For public companies, earnings calls represent a direct line to shareholders and the rest of Wall Street, to provide explanations and numbers to back up their previous quarter successes or failures. Leading up to the call and shortly afterwards, depending on the results, can be a volatile time for the stock and many investors like to take advantage of this. Here we have two companies who have been beaten down as of late who are heading into their earnings call with some heavy momentum and analyst expectations, meaning savvy investors can potentially see the next few trading days as a buying opportunity.
Netflix (NASDAQ:NFLX): For some reason, investor sentiment on Netflix has soured over the past couple of months and as the streaming giant heads into its January earnings call, it actually has a bullish outlook ahead. The main message that is being repeated over and over on FinTwit and other investing platforms is that Netflix has no shot of matching its subscriber growth from 2020 during the initial surge of the COVID-19 pandemic. Sure, the numbers were staggering, as Netflix added 15.8 million new subscribers in the first quarter of 2020 and 10.1 million in the second quarter.
The focal point for Netflix will always be its subscriber numbers, but flying under the radar is a recent increase in price as well as a premium subscription program in the United States that should boost its operating margins as well as offset a dip in subscriber growth compared to 2020. Yet 85% of the new subscribers in Q1 of 2020 were international, and Netflix continues to expand in the massively populous regions like Asia, Europe, and India. Analysts’ early expectations are that Netflix is going to report a 20% growth in revenues as well as a 44% increase on its earnings per share for the year 2021. Netflix looks like it will crush its earnings call when it reports on January 19th, yet the stock is still trading sideways. Get in while you can because we could see a massive surge on Tuesday.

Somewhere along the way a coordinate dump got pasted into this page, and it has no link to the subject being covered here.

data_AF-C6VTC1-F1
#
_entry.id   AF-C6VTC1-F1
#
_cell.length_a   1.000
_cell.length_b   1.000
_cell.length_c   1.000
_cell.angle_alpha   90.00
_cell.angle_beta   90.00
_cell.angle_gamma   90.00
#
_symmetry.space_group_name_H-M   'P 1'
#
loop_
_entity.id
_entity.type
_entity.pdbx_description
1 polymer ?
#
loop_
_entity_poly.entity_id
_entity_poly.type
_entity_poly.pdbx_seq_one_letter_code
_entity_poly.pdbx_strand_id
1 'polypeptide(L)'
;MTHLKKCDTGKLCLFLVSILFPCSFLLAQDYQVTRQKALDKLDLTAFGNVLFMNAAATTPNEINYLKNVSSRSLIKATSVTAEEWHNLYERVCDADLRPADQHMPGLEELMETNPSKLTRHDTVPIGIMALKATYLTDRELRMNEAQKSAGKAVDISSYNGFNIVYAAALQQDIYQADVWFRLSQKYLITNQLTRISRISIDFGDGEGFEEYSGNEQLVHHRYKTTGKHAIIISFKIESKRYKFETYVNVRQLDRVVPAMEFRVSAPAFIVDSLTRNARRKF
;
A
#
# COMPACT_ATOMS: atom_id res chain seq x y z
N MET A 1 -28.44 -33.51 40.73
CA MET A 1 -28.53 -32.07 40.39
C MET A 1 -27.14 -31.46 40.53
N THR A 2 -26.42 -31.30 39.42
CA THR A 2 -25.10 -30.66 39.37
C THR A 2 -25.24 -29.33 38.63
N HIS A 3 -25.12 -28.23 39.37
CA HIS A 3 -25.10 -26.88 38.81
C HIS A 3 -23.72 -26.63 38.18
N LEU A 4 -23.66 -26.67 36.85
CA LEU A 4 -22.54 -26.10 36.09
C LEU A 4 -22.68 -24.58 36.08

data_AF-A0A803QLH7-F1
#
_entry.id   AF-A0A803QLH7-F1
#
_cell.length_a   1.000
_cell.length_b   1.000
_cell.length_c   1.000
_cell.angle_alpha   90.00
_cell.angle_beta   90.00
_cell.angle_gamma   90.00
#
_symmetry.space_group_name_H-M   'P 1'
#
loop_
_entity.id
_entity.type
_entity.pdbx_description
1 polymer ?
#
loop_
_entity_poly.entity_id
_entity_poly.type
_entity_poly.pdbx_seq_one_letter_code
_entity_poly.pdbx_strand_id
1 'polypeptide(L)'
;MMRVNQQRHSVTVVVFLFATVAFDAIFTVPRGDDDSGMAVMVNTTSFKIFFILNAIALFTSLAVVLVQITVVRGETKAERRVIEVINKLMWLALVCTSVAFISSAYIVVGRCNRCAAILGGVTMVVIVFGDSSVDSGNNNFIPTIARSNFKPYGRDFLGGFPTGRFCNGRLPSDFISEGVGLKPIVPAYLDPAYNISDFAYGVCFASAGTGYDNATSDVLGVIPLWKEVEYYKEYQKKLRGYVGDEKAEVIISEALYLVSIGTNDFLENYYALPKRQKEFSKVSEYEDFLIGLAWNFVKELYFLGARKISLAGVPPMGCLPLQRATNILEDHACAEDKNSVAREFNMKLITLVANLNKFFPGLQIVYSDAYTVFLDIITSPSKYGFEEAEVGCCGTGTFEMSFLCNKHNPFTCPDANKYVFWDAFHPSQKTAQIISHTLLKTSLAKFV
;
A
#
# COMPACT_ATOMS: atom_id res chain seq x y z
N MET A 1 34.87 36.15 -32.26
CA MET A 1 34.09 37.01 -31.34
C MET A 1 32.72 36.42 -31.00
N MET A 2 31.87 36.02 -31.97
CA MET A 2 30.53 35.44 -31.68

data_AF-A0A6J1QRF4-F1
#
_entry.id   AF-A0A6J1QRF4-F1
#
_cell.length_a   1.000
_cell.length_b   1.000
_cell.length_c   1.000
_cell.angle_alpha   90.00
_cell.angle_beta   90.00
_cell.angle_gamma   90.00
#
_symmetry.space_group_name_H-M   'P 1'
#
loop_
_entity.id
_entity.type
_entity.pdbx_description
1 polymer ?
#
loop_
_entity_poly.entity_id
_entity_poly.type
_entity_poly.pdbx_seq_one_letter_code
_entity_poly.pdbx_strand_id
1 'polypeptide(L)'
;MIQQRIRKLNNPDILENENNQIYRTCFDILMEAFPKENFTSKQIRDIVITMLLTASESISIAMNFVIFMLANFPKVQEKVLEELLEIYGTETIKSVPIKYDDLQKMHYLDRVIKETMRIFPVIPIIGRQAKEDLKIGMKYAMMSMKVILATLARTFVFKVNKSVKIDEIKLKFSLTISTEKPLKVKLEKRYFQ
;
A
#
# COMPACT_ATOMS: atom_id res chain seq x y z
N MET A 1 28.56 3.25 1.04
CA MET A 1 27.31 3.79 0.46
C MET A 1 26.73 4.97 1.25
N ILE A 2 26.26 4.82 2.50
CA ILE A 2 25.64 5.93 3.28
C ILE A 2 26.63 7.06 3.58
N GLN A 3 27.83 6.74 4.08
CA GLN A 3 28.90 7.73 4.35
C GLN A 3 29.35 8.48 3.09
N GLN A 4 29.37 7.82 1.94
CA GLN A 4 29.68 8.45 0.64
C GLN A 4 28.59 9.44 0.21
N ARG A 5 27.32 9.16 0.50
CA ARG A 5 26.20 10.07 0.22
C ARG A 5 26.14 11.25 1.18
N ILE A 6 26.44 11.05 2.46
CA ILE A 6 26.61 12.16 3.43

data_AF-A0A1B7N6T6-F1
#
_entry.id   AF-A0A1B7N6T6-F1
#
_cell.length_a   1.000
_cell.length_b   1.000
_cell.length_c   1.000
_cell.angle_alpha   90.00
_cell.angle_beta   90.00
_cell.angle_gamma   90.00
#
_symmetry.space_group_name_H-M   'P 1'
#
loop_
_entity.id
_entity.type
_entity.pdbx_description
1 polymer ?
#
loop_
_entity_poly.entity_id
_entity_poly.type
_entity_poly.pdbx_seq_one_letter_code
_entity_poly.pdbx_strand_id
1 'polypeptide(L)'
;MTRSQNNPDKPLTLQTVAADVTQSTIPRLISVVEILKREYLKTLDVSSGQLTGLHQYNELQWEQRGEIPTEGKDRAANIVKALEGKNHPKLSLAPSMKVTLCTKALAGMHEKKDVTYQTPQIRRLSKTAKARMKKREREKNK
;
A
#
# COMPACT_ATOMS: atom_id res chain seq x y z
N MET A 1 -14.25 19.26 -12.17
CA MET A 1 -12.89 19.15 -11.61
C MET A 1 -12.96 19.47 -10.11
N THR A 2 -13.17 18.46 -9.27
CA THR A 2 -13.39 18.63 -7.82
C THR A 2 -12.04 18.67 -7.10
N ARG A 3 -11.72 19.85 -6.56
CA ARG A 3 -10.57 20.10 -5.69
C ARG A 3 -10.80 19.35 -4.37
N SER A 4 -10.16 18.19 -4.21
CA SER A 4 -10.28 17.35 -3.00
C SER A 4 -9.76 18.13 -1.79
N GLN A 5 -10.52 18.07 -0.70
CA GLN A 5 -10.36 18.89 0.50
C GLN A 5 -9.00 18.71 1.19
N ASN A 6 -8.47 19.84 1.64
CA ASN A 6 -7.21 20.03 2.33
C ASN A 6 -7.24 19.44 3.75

Apple (NASDAQ:AAPL): Talk about another foundational stock that has been more or less flat over the past few months since the stock split in late August. It certainly does not feel like Apple’s stock returned 81% to investors in 2020, but it did, in an environment that forced Apple stores to close temporarily and where many people were not making luxury purchases. But most holiday earnings reports from Apple hinge on how the latest iteration of the IPhone is doing, and early reports say that demand is high for Apple’s first 5G offering. Many consumers delayed buying a phone last year and held out for the 5G compatible IPhone 12.
Apple also rolled the phone out in price tiers using their “an IPhone for everyone” strategy. Adding to Apple’s big quarter was the release of its own M1 chip made in house that is now in every Macbook Pro and Macbook Air laptop it sells. The costs that were saved on producing the chip itself allowed Apple to price the Macbook Pro to its lowest price levels ever. Apple also recently announced it would be reviving its venture into electric vehicles and autonomous driving with Project Titan, as well as heading into the subscription services business with Apple Health and an upcoming Apple Podcast plan. Consensus estimates show analysts expect a whopping 11% growth in revenues and hitting $100 billion in sales. The stock has not yet responded to this warm sentiment from Wall Street, so get in before the January 27th earnings call.
Disclaimer: I have no positions in any of the stocks mentioned. I wrote this article myself, and it expresses my own opinions. I have no business relationship with any company whose stock is mentioned in this article. All information should be independently verified and should not be relied upon for purposes of transacting securities or other investments. See terms for more info.